Dr. J. Greg Hanson, U.S. Senate

May 2006
Dr. J. Greg Hanson, Assistant Sergeant at Arms and Chief Information Officer, U.S. Senate

Which emerging technology will have the biggest impact on your organization in the future?

These are exciting times in terms of technology at the U.S. Senate as we work to execute our information technology (IT) strategic plan. Having just implemented a comprehensive active directory and messaging architecture and entering the testing phase of a new services portal to bring business to the Web, we are poised for the next technology wave to have the biggest impact on the Senate—convergence communications technologies, including Internet protocol telephony (IPT).

“Just the way IT systems should seem to users—invisible but valuable.” This is a quote from one of my customers encapsulating his view about the office’s messaging system, and it is about as close to a compliment as a chief information officer (CIO) can expect. I’ve always said that being a CIO is like running the water company. Customers expect the water to run every time and to be crystal clear and potable. I’ve never written the water company a thank you letter for that; but if I go to the tap and no water comes out, that is a bona fide emergency. My customers—U.S. senators and their staffs, about 8,000 strong—expect their information systems to work effectively, securely and reliably.

The minimum requirements in my world are organizational excellence and quality solutions and services oriented squarely to the senators’ business needs. Additional challenges are presented by the highly decentralized nature of the institution, unique office-specific data custody/privacy concerns, our high security profile and the Senate’s desire for a state-of-the-art information infrastructure. Against this backdrop, my business drivers are to provide information technology solutions and services that enhance customer service/support and security. We constantly evaluate and work to leverage new and emerging technologies, but always with a view to improving customer service and satisfying business requirements—never for technology’s sake.

The new convergence communications solutions and services will eliminate bottlenecks and failure points, will enable multiple communication modes especially during emergencies and will address common business requirements across our diverse, decentralized customer base. Convergence communications technologies, including IPT, will provide new capabilities such as unified messaging, a multimedia framework for video applications, Web integration and improved telecommunications administration with reduced cost for moves, additions and changes.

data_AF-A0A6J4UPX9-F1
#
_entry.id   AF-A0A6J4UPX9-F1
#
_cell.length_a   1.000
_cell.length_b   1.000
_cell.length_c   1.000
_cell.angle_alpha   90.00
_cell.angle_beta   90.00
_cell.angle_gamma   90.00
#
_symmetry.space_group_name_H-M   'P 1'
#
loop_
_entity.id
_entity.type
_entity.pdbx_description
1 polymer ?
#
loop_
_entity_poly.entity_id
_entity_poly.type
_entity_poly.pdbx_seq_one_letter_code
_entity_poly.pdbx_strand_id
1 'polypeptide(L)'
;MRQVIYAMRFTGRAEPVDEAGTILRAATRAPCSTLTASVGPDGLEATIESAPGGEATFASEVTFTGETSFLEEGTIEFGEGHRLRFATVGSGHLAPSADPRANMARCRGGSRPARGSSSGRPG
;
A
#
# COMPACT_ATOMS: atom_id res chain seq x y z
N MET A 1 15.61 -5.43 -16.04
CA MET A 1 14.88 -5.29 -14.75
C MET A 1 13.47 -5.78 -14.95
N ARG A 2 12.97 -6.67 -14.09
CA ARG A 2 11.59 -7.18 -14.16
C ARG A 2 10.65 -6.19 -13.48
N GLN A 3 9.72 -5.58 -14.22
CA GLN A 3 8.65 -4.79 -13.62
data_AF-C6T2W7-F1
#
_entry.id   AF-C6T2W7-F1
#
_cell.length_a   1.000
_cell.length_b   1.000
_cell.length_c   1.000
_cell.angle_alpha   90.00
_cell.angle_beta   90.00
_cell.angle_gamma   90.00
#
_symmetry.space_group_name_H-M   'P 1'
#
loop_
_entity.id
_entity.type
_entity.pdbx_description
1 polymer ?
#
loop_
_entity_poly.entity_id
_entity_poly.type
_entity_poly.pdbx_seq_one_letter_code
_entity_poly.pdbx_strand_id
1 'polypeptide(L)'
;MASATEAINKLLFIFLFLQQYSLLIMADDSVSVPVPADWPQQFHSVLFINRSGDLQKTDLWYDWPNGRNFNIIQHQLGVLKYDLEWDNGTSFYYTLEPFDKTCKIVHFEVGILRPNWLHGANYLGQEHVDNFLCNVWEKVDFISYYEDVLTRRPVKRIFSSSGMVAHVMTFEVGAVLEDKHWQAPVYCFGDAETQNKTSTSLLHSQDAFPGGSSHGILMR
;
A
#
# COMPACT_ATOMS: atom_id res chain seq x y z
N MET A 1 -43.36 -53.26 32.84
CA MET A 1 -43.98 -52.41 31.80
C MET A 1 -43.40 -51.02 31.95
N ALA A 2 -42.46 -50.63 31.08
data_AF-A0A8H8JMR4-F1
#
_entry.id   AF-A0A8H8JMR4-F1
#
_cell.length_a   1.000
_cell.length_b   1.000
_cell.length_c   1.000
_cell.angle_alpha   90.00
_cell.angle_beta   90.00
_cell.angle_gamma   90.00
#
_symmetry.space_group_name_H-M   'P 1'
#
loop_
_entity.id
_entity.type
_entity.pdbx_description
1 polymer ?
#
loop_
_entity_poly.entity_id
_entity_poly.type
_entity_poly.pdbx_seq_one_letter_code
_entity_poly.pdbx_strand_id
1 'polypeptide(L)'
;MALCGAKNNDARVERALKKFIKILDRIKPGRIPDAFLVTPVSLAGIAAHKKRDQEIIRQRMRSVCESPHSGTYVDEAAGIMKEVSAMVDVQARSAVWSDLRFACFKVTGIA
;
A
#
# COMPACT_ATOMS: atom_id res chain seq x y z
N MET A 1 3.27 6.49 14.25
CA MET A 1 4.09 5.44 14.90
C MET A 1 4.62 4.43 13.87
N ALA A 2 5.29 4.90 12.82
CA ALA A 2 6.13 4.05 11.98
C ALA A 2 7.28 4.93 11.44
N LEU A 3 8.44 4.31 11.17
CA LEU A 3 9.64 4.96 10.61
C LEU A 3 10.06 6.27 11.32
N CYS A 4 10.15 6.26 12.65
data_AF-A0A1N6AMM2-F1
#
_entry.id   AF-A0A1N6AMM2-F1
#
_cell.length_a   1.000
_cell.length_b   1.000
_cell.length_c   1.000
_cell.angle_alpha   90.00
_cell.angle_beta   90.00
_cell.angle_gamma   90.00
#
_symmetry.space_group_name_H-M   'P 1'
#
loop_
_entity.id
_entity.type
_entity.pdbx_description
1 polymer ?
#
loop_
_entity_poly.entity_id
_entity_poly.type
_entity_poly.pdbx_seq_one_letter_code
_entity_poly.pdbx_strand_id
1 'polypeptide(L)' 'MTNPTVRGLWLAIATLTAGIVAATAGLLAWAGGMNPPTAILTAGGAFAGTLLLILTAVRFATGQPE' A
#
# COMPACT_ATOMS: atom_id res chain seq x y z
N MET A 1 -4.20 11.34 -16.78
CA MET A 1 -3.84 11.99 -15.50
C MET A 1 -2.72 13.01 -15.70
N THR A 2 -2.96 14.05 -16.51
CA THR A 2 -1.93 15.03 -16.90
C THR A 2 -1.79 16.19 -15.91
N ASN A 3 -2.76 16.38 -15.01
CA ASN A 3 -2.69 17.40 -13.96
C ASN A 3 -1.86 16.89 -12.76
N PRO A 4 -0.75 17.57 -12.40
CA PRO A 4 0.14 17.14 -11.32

Our move toward convergence of voice and data will place some stringent requirements on the candidate technologies. Specifically, the solutions must not contain components leading to a single failure point. They must provide at least the same functionality, reliability, security and quality of service as current voice services, including the existing adjunct systems and operational support systems. The bottom line is that my customers will not tolerate degradation in the quality or reliability of their current communications systems—voice or data.

In a converged world, voice will be more than an application on an IP network. Unlike a data application that may perform poorly if network congestion occurs, telephony is a service that is used for life and safety, and it can fail if network congestion impedes voice traffic. The notion of improving dial tone will be a hard sell with my customers, and I expect that organizational and cultural changes will take longer than deploying the technology.

There also will be a large educational component as IPT system administrators must learn another discipline (voice or data) before they can master the system. On-the-job training for administering and managing IPT while our customers depend on us creates an unacceptable level of risk. We have a lot of up-front work to do before we move to convergence.

To these ends, we have already created an integrated project management team with key individuals from both our voice and data network organizations. We also have assigned voice and data network staff to develop and execute a cross-training plan by the end of this fiscal year. For the past 18 months, we have been identifying and anticipating any network engineering changes that may be needed to support convergence, and we have upgraded our data network accordingly. With a stated goal of 99.999 percent network availability, we have begun to develop the change and configuration management processes as well as the assigned network engineering staff to develop a quality of service implementation plan.

Introducing any new or emerging technology brings a level of risk. In this case that risk is magnified as we look to replace an already excellent telecommunications system. Many technological challenges lie ahead. However, I believe the greatest challenge will be in getting our customers to understand that the increase in value is not incremental. As we work to introduce convergence technologies that surely will revolutionize the way we operate, the greatest challenges will be cultural as opposed to technical. I am excited about the prospects.